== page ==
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Regarding DASSK's Wake - up Call, f

Subject: Regarding DASSK's Wake - up Call, from Soc.Culture.Burma

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Date: 18 Jun 1996 11:17:33 GMT

Aung San Suukyi's June 8th Wake-Up Call ..... Chao-Tzang, June,
Fax:(604) 525-6924     
Tel: (604) 525-6908

  Daw Aung San Suukyi's remark about the people made by a person
to  work  for democracy (or the empowerment of ordinary people), even
if he/she withdraws from the NLD, remains intact, is a profound
philosophical statement -- which we must all ponder seriously, if we are
to recognize ourselves as human beings, and not as simple life forms
that are born, eat, pollute, procreate, and finally, die.
  There is more to life than breathing and passing away. 
  If we are to attain, like other free peoples, the dignity of free
citizenship in a just, democratic, prosperous society, we must, as she
says, live as true human being which involves physical and mental
struggle, and the full use of our mental and critical facilities to
transform ourselves into democrats.
  Democracy is, the empowerment of the people, or in the final
analysis, the empowerment of each and every one of us. As such , the
fact if empowerment is not a mystical something which falls from the
sky, or a thing which can be gifted by Aung San or his daughter, or for
that  matter by the United States, the United Nations, etc.
  The struggle for democracy is, at the bottom, a struggle by ordinary
folks -- you and I, or "Tom, Dick, and Harry", and/or "John and Jane
Doe" -- to possess the power to hold governments (and political power
holders) in check, and to protect ourselves and family members from
those possessing power (political, economic, social, culture), who are,
by nature, inclined to use their money and power in an arbitrary manner
to get what they want.
  It is an uneven struggle because those who do not want the people
to have power are in "ownership" the levers of government (or state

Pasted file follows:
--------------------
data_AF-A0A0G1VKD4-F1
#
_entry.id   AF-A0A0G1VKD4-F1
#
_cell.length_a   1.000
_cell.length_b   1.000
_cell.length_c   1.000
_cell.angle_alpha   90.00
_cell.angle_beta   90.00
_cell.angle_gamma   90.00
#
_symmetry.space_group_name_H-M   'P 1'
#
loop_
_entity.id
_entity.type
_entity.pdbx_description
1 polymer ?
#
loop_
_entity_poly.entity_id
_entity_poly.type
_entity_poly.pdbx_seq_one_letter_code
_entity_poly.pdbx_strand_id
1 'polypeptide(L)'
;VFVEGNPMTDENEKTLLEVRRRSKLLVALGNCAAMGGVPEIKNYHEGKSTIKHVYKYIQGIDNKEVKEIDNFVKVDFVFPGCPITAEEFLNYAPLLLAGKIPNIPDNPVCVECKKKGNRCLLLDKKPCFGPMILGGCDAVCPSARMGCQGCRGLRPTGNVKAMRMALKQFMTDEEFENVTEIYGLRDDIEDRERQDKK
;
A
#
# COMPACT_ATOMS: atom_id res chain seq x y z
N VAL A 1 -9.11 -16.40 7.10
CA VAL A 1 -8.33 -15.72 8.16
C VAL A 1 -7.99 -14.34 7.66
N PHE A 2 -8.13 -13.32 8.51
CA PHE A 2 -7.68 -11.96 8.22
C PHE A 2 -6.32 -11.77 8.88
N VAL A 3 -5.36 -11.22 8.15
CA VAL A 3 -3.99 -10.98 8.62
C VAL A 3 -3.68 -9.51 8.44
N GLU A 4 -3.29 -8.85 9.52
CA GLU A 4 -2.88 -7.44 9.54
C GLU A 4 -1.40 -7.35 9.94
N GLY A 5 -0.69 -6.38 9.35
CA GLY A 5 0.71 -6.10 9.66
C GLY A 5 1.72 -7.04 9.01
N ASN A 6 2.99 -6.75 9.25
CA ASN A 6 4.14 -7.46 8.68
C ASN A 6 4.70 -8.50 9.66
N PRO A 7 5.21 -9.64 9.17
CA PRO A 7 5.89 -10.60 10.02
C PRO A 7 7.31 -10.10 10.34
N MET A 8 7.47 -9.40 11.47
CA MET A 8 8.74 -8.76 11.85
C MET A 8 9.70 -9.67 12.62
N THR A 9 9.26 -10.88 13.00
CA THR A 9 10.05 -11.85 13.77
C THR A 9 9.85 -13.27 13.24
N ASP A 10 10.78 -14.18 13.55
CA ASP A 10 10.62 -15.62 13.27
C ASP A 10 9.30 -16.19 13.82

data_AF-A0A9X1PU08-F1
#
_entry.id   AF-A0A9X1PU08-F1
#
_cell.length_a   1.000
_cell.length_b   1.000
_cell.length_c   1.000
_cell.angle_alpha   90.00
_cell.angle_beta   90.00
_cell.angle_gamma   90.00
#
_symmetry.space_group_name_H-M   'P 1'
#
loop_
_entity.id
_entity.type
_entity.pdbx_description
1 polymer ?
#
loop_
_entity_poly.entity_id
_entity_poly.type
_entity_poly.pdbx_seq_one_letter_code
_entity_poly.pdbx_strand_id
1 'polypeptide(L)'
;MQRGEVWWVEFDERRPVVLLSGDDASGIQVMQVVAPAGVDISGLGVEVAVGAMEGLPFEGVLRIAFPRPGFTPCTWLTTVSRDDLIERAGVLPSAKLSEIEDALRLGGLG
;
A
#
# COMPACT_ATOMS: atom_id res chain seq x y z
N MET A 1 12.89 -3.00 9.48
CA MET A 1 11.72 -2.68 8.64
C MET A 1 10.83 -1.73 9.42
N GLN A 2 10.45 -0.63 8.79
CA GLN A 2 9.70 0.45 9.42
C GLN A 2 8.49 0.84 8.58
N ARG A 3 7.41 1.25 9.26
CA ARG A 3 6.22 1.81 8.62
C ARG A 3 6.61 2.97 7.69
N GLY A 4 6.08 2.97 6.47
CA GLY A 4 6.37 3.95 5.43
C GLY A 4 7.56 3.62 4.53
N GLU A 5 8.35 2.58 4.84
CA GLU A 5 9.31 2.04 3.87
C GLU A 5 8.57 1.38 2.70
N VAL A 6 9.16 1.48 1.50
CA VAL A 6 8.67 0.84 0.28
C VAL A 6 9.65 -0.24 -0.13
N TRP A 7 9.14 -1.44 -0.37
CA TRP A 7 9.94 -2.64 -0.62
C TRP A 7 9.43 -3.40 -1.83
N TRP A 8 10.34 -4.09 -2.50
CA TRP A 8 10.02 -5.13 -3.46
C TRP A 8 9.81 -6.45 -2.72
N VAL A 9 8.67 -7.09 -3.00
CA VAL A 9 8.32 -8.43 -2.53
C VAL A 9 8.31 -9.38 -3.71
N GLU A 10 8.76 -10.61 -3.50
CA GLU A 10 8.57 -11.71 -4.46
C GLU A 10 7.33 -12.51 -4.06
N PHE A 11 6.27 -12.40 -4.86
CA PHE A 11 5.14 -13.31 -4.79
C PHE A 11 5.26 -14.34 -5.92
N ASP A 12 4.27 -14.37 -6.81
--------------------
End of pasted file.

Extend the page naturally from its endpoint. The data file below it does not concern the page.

power), armies, goons, gold, and have access to the richer, wider
outside world (or foreign money lords and patronage).
  Nonetheless, the struggle is not a hopeless one. If those possessing
all sorts of power and physical force were invincible, the whole world
would still today be kow-towing supinely before kings and nobles. The
fact that kings  and their "successors" -- Mussolini, Hitler, Idi Amin,
Marcos, Papa and Baby Doc -- have all been dumped into history's
garbage hole, attest to the fact that democratic - spirited people cannot
be forever be kept flattened and silenced.
  The key word in the struggle is "democratic-spirited".  
  Democracy will win when there is a sufficient mass of
democratic-spirited people. 
  And this is the essence of the words spoken by Aung San Suukyi on
June 8th. 
  Contrary to a quite widespread expectations that democracy will be
given us by Daw Suu Kyi or the NLD, the fact is that it is none other
than the quality of our spirit which will decide whether or not we will
be empowered as free human beings, or remain voiceless serfs of
"modern" autocrats or, at best, as hang-ons to the coat - tails of the
powerful, or hunger-crazed scavengers fighting with each other for
meagre bones and crumbs from the tables of our well-fed "masters" and
their sleek foreign guests.
  Judging from the crowds courageously gathered in front of Daw
Aung San Suu Kyi's house, it seems that the people inside the country
have found in the depth of  their souls the democratic - spirit so crucial
for the emergence of a just and democratic society.
  Their spirit should remind us -- those who live abroad -- that we are
the "backward" elements in Burma's march toward its rightful place in a
democratic world. It is paradoxical that those who have lived in
democratic environment, and who were outraged by the 1988 killings,
were the first to straddle the fence, or run to curry favor with the new
"masters" of Burma.
  Therefore, rather than retain the smugness born out of believing that
we expatriates are smarter, more advanced, better suited to lead or
"save" the country, and other such pathetic delusions, we must now face
the hard reality before us: that we are not the full human beings we once
thought we were. We must eat humble pies and learn to emulate our
less materially endowed and brutally oppressed compatriots inside the
  Rather than aspire to lead or "save" Burma, it is our duty now to
cultivate the democratic - spirit which the voiceless, long oppressed, and
impoverished inside the country have now attained (or have always